Tyran Parke never fails to astound and delight in live performance. His new one man show Children and Art, which debuted at the Art Gallery of NSW on Friday is no exception. A masterful creation of subtle skill and emotional depth, this cabaret has to be one of the most emotionally honest and shattering to be seen on a Sydney stage in years.
Though the Art Gallery of NSW is not your perfect cabaret venue, it makes a magnificently atmospheric room for an evening of good music, and Tyran Parke and musical director Luke Byrne were more than up to the challenge. Surrounded by colour and the light of a fantastic ceiling art installation, Parke took his audience on a metaphorical tour about the gallery to some of his favourite works (as well as a picture by his own brother, photographer Trent Parke) that eventually extended into a tour of his own past. The central conceit is from Sondheim’s Sunday in the Park with George: there are only two things that we can leave behind us that will last, children and art. With honesty, with quiet, insightful emotion and with remarkable tenderness and skill, Parke then proceeded to display how this was true, by telling the story of his mother and what she left behind her.
Parke has three fantastic weapons at his disposal as a cabaret artist. First, his voice is stunning. A light and versatile instrument, he blazed through the endless wordplay of his opening number, ‘Putting it Together’ and spun images rich and rare in songs ranging from Disney standard “When You Wish Upon a Star” to a fantastically arranged rendition of Joni Mitchell’s ‘Both Sides Now’.
Second, Parke’s knowledge of music theatre and how to apply it on stage is effortless and instinctive. With new songs on display in his ubiquitous arsenal, he breezed through songs by Pasek and Paul, and even managed to make a song from Andrew Lippa’s recent and heavily derided musical Big Fish sound really quite fun!
[pull_left]You’ll laugh, you’ll cry, you’ll be transported – and isn’t that what cabaret is meant to be all about?[/pull_left]
Third, Parke’s skill as a storyteller is truly second to none. As he guided his audience through dark tales of his mothers sudden passing from a severe asthmatic episode and how each of his two brothers learned to cope in the aftermath, he created moments of stunning emotional clarity, joy, humour and pain. By the end of his rendition of the Don McClean standard ‘Vincent’, there was not a dry eye in the house, while his anthemic comic tour de force ‘Choose Happy’ continues to delight.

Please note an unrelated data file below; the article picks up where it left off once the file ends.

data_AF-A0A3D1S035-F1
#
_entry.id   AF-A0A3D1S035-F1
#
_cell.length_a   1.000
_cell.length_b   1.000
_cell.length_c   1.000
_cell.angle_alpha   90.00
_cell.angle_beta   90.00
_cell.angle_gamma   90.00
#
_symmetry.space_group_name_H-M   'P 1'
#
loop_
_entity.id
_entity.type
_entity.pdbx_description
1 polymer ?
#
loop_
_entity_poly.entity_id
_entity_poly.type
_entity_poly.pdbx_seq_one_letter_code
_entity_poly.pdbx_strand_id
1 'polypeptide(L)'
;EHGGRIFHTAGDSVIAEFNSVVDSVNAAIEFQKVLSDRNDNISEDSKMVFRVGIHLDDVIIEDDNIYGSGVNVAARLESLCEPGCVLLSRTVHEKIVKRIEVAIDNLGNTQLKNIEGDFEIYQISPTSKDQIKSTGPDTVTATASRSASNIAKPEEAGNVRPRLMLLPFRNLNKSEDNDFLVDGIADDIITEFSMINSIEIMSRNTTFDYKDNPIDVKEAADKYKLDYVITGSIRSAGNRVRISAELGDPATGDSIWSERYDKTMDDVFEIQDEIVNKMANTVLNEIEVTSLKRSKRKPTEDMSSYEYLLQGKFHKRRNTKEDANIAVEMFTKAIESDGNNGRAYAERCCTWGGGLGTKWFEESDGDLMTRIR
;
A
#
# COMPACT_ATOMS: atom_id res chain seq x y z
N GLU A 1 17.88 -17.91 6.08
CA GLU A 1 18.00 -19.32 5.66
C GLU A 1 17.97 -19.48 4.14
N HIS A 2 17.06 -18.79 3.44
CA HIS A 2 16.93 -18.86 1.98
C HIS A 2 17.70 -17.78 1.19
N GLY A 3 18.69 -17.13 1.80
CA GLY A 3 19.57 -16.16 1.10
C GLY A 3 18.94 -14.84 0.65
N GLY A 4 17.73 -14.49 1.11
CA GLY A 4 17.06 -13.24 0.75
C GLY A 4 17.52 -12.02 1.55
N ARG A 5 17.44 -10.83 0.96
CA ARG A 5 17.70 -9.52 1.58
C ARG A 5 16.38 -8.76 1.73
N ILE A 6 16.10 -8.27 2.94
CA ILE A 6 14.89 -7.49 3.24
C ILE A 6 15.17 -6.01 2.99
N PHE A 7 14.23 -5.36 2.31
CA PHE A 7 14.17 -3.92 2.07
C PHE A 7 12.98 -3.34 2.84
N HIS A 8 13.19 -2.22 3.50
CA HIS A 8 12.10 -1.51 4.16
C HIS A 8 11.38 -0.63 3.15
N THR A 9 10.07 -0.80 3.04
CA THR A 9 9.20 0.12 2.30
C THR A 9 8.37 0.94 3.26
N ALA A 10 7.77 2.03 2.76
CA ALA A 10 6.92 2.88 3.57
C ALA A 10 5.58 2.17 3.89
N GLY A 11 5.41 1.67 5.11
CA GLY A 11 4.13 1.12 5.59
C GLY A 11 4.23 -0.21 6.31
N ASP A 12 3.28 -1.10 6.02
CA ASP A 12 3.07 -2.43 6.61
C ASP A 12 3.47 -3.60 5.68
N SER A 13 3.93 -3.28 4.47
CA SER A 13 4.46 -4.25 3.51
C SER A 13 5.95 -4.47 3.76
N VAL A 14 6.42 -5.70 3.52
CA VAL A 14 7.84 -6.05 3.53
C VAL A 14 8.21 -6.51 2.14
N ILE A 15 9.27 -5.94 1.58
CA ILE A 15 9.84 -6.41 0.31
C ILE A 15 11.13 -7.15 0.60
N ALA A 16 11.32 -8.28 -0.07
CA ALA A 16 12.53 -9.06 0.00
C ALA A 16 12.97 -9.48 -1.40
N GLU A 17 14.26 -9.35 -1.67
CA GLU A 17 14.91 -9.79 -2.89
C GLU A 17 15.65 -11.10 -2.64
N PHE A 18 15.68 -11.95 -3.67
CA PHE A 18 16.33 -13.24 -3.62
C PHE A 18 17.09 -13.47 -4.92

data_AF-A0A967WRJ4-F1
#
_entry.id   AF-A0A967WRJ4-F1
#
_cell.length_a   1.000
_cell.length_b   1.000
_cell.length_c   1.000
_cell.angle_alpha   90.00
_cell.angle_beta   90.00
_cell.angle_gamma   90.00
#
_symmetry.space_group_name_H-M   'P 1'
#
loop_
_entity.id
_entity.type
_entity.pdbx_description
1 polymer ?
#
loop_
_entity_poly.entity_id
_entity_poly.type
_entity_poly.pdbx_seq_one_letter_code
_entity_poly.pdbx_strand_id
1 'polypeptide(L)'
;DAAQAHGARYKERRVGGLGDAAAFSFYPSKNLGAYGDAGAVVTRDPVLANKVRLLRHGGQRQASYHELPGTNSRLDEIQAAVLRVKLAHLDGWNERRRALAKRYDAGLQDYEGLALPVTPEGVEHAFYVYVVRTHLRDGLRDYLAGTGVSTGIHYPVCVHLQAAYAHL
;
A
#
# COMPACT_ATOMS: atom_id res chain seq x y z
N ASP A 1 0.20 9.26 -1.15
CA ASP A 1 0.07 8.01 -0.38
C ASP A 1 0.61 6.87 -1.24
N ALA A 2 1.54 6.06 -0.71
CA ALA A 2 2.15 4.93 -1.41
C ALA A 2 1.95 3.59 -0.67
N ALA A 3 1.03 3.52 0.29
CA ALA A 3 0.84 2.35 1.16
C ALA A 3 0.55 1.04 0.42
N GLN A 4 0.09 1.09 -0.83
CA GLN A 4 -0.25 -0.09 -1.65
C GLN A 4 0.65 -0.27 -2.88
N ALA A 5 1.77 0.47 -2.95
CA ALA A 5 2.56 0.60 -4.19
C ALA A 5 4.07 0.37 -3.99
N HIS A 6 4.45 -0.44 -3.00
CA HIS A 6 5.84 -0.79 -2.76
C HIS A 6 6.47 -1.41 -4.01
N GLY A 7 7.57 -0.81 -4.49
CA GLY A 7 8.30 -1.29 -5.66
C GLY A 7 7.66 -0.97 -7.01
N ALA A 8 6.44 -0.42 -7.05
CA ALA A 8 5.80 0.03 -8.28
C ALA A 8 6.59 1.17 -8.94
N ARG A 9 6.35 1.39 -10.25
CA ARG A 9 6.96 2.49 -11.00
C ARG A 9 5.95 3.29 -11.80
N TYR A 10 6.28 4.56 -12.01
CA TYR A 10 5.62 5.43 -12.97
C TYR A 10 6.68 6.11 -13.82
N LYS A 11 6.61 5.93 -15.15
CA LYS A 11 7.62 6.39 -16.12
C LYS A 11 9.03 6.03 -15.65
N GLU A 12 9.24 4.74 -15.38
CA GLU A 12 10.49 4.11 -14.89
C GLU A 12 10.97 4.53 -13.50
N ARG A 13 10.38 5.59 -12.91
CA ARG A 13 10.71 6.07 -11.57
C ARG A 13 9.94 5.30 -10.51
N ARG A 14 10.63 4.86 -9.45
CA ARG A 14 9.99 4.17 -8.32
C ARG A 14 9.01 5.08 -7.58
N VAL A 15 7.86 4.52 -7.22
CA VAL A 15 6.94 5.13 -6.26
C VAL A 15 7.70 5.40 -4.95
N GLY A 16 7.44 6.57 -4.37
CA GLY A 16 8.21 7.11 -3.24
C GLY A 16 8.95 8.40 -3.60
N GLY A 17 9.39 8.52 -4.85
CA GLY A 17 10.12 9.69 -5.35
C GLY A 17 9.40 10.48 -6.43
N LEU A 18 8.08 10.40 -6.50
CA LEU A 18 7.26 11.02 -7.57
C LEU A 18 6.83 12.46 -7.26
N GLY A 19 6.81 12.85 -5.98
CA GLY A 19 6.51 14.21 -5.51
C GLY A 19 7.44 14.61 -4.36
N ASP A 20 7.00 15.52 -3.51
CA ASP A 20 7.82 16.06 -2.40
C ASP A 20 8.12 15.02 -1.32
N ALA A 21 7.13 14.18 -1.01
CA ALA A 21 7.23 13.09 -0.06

At a young age, Parke is a veteran of the music theatre and the cabaret stage who continues to go from strength to strength. Children and Art is once again a mightily challenging but brilliantly executed display of his capacity to write, to direct and to perform. It is with talent such as this that the independent music theatre scene in Oz has rebuilt itself in recent years and it is with endless fascination that we are permitted the joyful experience of watching them prosper and grow. At this stage Parke remains an absolute must see solo performer. Capable of writing a biographical one man show with genuine pathos, wit and power, he goes far, far beyond the oft delivered musical theatre performer singing his hits. It can only be hoped that other audiences around Australia will be able to see Children and Art and soon. But then with Parke a clamoured for favourite on stages in New Zealand, Australia and in New York, he’s no doubt got many a project ahead in 2014. Needless to say, if you see his name on a bill, grab a ticket. Oh and take your tissues.
You’ll laugh, you’ll cry, you’ll be transported – and isn’t that what cabaret is meant to be all about?
Written by David Allen